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About a dozen Utah legislators recently attended the Salt Lake Valley Conference of Mayors meeting at the new Living Planet Aquarium in Draper, where the discussion (hide your eyes) focused on tax increases.

The conference is an informal group of mayors in the valley who routinely get together for lunch to discuss various issues.

Many of the mayors in Salt Lake County have been hankering for a revenue enhancement to pay for needed road repairs and expansion as well as mass transit needs.

And some more enlightened Republican lawmakers are beginning to understand that mass transit must have its place in the transportation picture. They especially seem to understand that requirement in January and February, when legislators from throughout the state are in Salt Lake City for the legislative general session and choke on the inversion-tainted air just like the capital city's full-time population.

But let's face it, Republicans talking about tax increases in Utah would be like Donner Party members pouring barbecue sauce on themselves.

Yet there they were, talking about it at the aquarium, which is not the usual place for such a meeting, but the mayors wanted to show off Salt Lake County's newest cultural addition.

Rep. Johnny Anderson, R-Taylorsville, and Senate President Wayne Niederhauser, R-Sandy, both spoke of the need for increased revenue remedies to face Utah's myriad transportation needs.

Anderson sponsored legislation last session that would have increased sales taxes by .26 percent for transportation, but it failed to get past the House Transportation Committee. Another Anderson-sponsored bill to provide for a local option sales tax increase passed the House but didn't get a vote in the Senate.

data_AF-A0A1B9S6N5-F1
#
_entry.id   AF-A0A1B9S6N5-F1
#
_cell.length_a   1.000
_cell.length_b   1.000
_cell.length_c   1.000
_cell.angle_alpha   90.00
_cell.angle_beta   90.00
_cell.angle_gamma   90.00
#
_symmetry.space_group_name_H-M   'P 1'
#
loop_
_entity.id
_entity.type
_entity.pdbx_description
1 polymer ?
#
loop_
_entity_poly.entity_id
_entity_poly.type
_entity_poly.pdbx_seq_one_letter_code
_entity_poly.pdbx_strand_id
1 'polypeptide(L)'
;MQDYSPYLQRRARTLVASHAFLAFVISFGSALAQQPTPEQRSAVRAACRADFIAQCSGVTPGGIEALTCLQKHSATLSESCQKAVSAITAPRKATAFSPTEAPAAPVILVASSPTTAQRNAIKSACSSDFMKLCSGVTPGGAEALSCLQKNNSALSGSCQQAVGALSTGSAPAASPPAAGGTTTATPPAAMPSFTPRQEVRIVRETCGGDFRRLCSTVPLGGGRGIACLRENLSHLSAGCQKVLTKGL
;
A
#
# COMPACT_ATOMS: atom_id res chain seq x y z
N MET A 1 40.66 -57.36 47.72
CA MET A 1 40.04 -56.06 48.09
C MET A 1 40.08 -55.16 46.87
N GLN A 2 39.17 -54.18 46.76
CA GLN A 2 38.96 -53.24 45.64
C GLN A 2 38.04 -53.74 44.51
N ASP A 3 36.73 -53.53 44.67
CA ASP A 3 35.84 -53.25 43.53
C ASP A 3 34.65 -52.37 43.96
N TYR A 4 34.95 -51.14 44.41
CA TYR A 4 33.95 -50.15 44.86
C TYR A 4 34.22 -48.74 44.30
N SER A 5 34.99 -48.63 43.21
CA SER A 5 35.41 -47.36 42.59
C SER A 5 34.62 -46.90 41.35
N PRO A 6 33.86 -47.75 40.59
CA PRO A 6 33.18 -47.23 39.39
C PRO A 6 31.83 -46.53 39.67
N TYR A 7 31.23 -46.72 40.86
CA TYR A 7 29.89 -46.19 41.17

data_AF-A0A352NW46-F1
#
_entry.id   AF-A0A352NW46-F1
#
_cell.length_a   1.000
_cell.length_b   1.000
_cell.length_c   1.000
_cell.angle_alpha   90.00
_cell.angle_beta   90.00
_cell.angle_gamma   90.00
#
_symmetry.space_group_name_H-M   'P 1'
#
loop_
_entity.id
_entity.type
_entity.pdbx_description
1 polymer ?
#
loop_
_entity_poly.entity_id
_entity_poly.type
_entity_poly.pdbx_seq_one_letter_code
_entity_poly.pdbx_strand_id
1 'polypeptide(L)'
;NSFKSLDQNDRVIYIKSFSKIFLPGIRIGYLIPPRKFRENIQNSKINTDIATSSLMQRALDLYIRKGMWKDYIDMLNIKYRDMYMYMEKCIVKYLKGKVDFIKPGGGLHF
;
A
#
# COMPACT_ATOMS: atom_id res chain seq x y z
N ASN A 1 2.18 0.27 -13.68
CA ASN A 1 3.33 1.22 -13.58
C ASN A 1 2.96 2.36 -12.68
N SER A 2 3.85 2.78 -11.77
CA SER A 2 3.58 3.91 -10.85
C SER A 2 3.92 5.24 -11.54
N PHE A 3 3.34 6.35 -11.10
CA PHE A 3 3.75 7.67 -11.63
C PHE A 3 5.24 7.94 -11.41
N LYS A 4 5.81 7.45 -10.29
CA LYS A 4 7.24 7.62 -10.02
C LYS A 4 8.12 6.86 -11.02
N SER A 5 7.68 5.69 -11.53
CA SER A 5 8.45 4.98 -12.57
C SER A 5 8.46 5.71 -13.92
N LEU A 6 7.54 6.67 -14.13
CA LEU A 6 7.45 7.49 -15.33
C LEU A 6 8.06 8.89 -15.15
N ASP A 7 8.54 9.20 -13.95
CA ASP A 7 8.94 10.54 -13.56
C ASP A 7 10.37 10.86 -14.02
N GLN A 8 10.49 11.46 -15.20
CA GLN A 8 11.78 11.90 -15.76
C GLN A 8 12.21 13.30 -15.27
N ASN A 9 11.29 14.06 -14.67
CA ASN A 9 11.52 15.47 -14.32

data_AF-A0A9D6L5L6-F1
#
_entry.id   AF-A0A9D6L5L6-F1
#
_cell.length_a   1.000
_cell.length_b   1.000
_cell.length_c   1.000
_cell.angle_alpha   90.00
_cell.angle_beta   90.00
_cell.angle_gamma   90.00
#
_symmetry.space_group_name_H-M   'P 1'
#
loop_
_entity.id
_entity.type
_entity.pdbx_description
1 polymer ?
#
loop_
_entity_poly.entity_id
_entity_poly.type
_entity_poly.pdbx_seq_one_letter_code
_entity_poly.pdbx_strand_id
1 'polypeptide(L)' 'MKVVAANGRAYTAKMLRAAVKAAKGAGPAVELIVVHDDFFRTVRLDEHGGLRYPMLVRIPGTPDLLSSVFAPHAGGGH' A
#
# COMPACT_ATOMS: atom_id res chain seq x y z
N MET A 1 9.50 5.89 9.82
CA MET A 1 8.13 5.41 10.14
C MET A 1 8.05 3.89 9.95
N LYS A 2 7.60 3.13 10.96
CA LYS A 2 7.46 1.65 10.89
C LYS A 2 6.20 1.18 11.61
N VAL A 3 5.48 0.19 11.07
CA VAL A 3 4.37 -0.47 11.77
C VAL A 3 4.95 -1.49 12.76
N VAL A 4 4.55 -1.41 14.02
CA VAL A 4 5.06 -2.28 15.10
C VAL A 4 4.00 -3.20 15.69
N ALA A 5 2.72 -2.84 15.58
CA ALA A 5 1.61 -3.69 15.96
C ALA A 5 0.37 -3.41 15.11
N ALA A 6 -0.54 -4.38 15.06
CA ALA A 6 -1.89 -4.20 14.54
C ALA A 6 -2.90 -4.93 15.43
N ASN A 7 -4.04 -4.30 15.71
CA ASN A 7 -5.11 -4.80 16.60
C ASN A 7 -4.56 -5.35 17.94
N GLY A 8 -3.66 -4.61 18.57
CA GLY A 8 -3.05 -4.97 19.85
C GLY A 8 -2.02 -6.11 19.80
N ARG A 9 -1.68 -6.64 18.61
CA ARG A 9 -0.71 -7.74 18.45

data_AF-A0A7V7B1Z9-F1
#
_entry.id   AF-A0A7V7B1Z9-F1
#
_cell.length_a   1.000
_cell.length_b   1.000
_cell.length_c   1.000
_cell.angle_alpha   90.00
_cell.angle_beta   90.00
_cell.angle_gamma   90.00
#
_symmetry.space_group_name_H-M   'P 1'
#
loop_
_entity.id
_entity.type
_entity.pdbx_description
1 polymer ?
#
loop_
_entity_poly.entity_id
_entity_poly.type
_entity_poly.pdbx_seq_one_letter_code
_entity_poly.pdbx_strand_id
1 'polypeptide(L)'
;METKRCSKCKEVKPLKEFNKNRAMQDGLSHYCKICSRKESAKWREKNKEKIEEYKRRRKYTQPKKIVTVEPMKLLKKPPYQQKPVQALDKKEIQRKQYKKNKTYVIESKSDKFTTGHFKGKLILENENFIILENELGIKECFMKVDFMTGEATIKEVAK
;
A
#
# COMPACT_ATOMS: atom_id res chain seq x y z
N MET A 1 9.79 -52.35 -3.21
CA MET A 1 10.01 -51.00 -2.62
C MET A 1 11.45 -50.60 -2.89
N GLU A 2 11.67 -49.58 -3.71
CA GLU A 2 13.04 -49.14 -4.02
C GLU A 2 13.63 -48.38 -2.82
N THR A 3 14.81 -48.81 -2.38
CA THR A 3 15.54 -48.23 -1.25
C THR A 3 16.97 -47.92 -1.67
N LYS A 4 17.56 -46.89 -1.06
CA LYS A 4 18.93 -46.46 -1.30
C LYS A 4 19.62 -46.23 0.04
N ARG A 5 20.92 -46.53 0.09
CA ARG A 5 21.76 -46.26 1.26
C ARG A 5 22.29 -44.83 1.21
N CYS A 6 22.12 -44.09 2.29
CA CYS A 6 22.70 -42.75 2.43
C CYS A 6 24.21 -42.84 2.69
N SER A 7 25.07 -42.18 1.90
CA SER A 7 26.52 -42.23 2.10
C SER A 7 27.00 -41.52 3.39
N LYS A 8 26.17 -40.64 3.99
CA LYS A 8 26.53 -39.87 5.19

Some legislators openly discussed the possibility that a sales tax increase might have a better chance in the 2015 legislative session because it will be after the election this fall.

Expect tax increase talk to be kept pretty much under wrap, even at the monthly legislative interim committee meetings, until after the November election.

The Legislature in 2011 hung an albatross around the state's neck when it passed a bill earmarking 30 percent of sales tax income growth for roads. That amounted to an estimated $60 million a year of sales tax revenue required to be spent on transportation.

Gov. Gary Herbert vetoed that bill, noting it hamstrung the state's ability to meet other needs because it cannibalized the budget, just for transportation, without increasing the revenue stream.

The Legislature, in all its Tea Party zeal that year, overrode the governor's veto and that now is the law. After all, no self-respecting Republican, a year after the Tea Party revolution, would ever stand for any kind of tax increase. They would rather see a bridge collapse first.

But now, it seems, some conservatives are willing to consider a tax increase — after the election, of course.

During the meeting at the aquarium, Salt Lake County Mayor Ben McAdams, a Democrat, complimented the Republican legislators for being willing to discuss tax increases, given that is such a taboo subject among much of the Republican base.

He couldn't help point out a certain aspect of the scene as Anderson and Niederhauser stood at the portable podium that had been set up for the speakers.

The podium was in front of a giant shark tank, so as the legislators spoke of possible tax increases, the audience could see those hungry-looking sharks, swimming around in the background, right above the heads of the speakers.